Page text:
When to Take Potassium Iodide

Following the nuclear incident in Japan, there was a worldwide run on potassium iodide (KI), which protects people from radiation-induced thyroid cancer. These over-the-counter tablets work by flooding the thyroid gland with nonradioactive iodine so that radioactive iodine cannot be absorbed. But KI can harm you if it’s taken unnecessarily. So the question is, how do you know whether you’ve been exposed to radioactive iodine?

According to Dr. Thrall, “In some cases, you cannot tell if you’ve been exposed, but anyone known to be within an established zone of higher fallout is presumed to have been. The real question is the uncertainty of how much the exposure has been and whether taking potassium iodide is necessary. People should understand that a small fraction of people will have an allergic or other reaction to potassium iodide, and a small fraction may develop either hyperthyroidism or hypothyroidism depending on the status of their thyroid glands, something that is also typically not known. That is why it is not recommended that people take potassium iodide without a substantial reason. They should wait for an official announcement about it.” If you do end up taking KI pills, Dr. Thrall said it’s best to do so within two to four hours of exposure. Typical doses: Age 18+, 130 mg daily… age three to 18, 65 mg daily… one month to three years, 32 mg daily… birth to one month, 16 mg daily — until authorities announce that there is no more risk for exposure.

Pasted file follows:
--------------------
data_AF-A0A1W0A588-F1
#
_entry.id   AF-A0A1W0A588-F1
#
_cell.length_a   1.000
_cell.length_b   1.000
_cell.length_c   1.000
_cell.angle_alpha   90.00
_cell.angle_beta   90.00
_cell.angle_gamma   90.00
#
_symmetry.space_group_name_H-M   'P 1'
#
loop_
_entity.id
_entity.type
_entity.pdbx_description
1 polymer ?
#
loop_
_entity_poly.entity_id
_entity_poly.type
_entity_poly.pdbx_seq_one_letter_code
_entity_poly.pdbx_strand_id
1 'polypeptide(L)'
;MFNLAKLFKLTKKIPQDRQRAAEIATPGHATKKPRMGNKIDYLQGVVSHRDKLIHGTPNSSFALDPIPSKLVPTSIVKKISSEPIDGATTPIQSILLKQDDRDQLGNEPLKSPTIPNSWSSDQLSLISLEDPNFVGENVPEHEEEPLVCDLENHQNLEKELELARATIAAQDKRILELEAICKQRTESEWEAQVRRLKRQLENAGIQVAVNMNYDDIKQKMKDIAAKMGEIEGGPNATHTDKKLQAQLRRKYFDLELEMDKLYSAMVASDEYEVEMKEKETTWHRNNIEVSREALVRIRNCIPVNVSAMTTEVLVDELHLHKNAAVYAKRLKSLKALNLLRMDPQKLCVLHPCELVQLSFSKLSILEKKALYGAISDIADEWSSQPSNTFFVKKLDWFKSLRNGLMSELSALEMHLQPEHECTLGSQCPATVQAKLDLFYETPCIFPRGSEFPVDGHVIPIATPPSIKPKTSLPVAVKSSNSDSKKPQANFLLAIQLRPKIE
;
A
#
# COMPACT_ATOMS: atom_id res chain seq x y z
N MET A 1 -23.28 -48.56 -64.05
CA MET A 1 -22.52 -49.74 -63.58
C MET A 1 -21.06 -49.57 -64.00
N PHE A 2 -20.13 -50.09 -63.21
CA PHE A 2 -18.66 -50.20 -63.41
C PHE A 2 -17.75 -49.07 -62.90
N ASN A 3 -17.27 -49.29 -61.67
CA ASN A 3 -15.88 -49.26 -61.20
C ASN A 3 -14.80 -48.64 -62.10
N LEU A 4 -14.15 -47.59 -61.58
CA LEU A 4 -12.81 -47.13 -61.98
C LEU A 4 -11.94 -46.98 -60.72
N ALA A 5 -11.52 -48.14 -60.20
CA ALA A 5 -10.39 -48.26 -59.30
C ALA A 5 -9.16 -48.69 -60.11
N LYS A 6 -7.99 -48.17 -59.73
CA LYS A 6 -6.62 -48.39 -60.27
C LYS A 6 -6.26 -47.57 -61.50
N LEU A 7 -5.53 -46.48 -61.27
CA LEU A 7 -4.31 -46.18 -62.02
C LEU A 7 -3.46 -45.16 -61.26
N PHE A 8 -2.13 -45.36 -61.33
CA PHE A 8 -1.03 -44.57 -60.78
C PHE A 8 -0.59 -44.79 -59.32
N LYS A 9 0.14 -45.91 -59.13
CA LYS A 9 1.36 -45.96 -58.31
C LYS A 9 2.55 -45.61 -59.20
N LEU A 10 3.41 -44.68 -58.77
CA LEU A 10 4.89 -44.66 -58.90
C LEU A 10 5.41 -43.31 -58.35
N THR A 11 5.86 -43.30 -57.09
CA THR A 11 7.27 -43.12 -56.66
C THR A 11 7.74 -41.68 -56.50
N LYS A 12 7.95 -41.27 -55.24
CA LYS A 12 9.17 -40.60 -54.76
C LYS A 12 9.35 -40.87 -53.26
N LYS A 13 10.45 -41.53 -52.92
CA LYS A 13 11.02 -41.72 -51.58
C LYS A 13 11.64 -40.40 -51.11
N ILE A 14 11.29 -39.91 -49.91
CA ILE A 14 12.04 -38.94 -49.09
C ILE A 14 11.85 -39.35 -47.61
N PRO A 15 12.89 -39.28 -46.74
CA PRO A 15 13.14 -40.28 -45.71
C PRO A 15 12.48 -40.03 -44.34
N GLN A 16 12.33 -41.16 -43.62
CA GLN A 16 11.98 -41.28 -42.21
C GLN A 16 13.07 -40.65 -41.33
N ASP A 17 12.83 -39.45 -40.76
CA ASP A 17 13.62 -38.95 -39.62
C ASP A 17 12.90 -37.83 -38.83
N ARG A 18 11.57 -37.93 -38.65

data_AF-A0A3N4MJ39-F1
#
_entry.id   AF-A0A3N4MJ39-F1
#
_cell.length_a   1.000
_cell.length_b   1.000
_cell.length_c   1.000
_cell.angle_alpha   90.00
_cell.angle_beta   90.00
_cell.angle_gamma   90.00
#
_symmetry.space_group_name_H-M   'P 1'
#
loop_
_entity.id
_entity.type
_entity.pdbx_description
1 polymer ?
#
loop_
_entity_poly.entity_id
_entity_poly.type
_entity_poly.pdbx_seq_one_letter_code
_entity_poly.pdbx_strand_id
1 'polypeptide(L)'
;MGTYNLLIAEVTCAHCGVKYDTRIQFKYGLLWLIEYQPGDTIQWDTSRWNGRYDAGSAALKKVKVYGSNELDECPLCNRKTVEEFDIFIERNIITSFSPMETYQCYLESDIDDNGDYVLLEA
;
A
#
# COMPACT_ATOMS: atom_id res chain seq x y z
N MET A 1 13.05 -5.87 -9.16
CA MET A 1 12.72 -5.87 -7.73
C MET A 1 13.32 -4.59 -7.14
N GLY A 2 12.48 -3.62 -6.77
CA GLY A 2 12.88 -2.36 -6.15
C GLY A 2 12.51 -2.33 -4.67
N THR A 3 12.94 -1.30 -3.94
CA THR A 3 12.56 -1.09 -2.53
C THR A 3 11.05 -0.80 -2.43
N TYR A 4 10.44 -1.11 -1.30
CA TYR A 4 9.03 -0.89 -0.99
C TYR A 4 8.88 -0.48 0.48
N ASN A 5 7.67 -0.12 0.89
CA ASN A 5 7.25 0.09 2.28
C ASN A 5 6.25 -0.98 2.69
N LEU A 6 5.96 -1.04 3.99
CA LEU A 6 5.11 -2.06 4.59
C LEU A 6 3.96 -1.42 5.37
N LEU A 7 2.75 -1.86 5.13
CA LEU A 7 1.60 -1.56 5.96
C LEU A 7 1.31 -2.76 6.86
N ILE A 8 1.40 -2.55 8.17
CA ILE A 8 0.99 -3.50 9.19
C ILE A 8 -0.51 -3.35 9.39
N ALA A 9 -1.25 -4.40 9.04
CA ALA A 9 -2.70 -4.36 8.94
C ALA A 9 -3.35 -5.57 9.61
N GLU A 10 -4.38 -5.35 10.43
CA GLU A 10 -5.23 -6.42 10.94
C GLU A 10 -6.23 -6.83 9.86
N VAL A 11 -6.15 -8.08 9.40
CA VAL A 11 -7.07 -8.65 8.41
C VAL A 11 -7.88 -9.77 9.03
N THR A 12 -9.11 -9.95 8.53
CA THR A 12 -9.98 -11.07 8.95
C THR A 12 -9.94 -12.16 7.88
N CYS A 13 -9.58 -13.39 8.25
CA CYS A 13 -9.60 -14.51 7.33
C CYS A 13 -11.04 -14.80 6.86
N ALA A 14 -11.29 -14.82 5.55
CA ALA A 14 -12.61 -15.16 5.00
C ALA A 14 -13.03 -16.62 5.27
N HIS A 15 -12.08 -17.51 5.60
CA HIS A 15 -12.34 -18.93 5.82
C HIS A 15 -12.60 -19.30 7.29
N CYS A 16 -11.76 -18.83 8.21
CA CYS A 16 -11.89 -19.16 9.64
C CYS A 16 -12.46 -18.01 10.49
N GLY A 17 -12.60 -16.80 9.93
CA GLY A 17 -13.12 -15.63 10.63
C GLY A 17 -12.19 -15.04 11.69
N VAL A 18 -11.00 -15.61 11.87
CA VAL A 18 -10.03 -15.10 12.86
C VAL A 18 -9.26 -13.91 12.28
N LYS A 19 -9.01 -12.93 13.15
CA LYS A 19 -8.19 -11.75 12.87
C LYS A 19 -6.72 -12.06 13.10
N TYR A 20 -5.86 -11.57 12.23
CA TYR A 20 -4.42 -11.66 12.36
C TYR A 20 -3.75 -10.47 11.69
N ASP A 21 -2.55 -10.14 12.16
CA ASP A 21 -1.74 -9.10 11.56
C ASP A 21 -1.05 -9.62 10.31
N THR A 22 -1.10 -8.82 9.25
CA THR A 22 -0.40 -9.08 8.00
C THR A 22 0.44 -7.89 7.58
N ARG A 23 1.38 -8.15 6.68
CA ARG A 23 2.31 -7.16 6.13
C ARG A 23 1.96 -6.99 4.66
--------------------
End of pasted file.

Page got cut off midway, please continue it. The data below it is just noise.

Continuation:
In 2002, the US Congress passed legislation requiring the government to supply potassium iodide to everyone living within a 20-mile radius of a nuclear power plant — but no administration has ever implemented the provision, and I’d hate to wait for an emergency to test the distribution system. You can buy the pills yourself online and at many pharmacies — just be sure they are made by one of the FDA-approved companies — such as losat tablets (www.anbex.com),  ThryoSafe tablets (www.ThyroSafe.com), or ThyroShield solution (www.ThyroShield.com).

Remember that KI protects against only thyroid cancer. There are other cancer risks associated with radiation exposure, and medications to help reduce your risk might include medications to stimulate your bone marrow to manufacture more cells or drugs to rid the body of radioisotopes.  For example, Prussian blue is a dye that binds to the radioactive particles cesium and thallium and can be used as an antidote after exposure. So those who are exposed to a radiation leak should stay in close touch with their physicians and consider more frequent screenings to counter any exposure-related cancer risk. In Dr. Thrall’s opinion, the biggest ongoing health problems after most nuclear power plant incidents are psychological — having been close to radiation causes mental anguish and it is impossible to know how one’s future might have been altered by the event. This stress can be debilitating for some people if not addressed — so be sure to reach out and get the emotional as well as physical health support you need following any disaster.

Source:  James H. Thrall, MD, radiologist-in-chief, Massachusetts GeneralHospital, Juan M. Taveras Professor of Radiology, Harvard Medical School, Boston.